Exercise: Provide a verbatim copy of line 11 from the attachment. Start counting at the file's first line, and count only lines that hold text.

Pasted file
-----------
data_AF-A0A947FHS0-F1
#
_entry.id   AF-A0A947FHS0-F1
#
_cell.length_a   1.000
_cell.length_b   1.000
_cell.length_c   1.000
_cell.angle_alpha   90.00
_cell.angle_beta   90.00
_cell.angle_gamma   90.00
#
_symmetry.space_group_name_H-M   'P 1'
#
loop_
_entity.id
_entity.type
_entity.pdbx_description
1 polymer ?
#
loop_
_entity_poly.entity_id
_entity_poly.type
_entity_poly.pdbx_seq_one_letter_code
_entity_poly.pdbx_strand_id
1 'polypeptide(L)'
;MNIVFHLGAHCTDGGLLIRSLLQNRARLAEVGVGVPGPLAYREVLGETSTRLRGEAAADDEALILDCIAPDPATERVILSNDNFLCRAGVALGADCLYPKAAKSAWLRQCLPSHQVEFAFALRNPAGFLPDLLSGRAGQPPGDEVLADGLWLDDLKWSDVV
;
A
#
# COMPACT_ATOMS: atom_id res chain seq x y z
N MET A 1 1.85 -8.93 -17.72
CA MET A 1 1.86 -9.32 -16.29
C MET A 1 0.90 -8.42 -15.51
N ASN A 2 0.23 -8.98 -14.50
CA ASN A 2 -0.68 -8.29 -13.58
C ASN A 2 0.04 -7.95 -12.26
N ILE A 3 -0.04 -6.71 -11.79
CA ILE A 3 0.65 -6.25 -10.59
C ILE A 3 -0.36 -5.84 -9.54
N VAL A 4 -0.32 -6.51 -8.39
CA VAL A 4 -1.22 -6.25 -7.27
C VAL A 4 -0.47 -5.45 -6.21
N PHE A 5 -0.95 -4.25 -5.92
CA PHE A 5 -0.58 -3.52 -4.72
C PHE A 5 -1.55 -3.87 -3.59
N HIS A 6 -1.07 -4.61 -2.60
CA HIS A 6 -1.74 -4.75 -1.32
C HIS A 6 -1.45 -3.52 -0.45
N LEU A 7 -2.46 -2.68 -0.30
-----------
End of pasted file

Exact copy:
#